Lucas is now riding a two-wheeler! It’s such an exciting milestone, and he’s so proud of himself. He lagged a bit behind his daredevil brother who was riding at age 4, but given that he didn’t walk until he was 20 months, it’s pretty good!
I have to share how I got my boys to ride a bike. When we bought the little 12″ bike from a bike store when William was little, the clerk gave us a great idea. He suggested that we forgo training wheels and simply take the pedals off the bike. This let him learn how to balance, and we didn’t have to shell out the extra money for a special “balance bike.” Brilliant!
At three years old, William was zipping around town on that little bike. He balanced perfectly, and he could go pretty fast. Once he was comfortable riding this way for several months, we realized that he was ready for pedals. So we put them back on, and after a two-minute tutorial on how to push yourself off first, he was riding!
It went exactly the same way for Lucas. It took a little longer for Lucas to get comfortable riding the bike without pedals. He’s quite a bit shorter than his brother, and I realized that once his feet were firmly planted on the ground, he was more confident. Also, by nature, Lucas is a much more cautious child.
I cannot tell you how great this method is. I have watched a couple neighbor kids learn to ride bikes. One learned with her grandpa holding her and running alongside. I don’t know about you, but that’s definitely not my preferred method. Another family left training wheels on, but took one of them off. That way, she learned how to balance, but whenever I saw her ride, I wondered if she was going to end up riding lopsided. It didn’t look natural.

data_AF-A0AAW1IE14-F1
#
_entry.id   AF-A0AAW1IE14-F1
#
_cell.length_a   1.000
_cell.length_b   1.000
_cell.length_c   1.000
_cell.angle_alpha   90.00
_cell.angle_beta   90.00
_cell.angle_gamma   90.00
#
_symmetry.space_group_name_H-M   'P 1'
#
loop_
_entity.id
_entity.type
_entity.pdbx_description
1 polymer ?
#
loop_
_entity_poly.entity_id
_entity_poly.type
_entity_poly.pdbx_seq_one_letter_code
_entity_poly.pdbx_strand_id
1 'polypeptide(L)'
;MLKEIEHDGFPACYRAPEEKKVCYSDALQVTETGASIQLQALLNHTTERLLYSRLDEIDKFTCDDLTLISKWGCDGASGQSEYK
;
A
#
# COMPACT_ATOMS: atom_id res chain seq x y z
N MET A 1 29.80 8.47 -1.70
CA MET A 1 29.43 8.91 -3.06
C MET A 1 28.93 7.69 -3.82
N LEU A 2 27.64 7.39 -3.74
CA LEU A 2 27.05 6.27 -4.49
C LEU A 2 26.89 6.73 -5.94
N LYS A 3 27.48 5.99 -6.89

The balance bike method is much better, whether you use a true balance bike or take the pedals off the child’s bike.
If you’re going to go this route with your child, I recommend getting a bike that is small enough so that the child can place his feet comfortably (or flat) on the ground. You can always raise the seat later to get more life out of it. As you can see, Lucas is getting a little big for the 12″, but he’s not super confident on the 16″ so I’ll give it another couple weeks until we switch.
Oh, and I’m a big proponent of quality bike shop bikes and helmets. We bought a bike at Target once, and William ended up with a fat lip after falling over the handlebars. And the one helmet we bought at Target lost its visor not long after we bought it. Bike stores cost a bit more, but it’s a safety issue, in my opinion. You can’t put a price on that. To save money, you might check Craigslist for quality bikes. We bought William’s Trek bike on Craigslist and saved about $100-150. Keep an eye out for bikes made by Trek, Giant, and Specialized.
While you’re out shopping, and if you’re a big bike-riding family, you might consider getting a trailer bike like the one pictured here. We went riding just the other day, even after Lucas learned how to ride, and we still used the thing. We can go longer distances at a faster pace if we’re not going at his 5-year-old pace. They aren’t cheap, so again, check Craigslist. People don’t use them for long, so they’re easier to find used. We bought ours from a friend.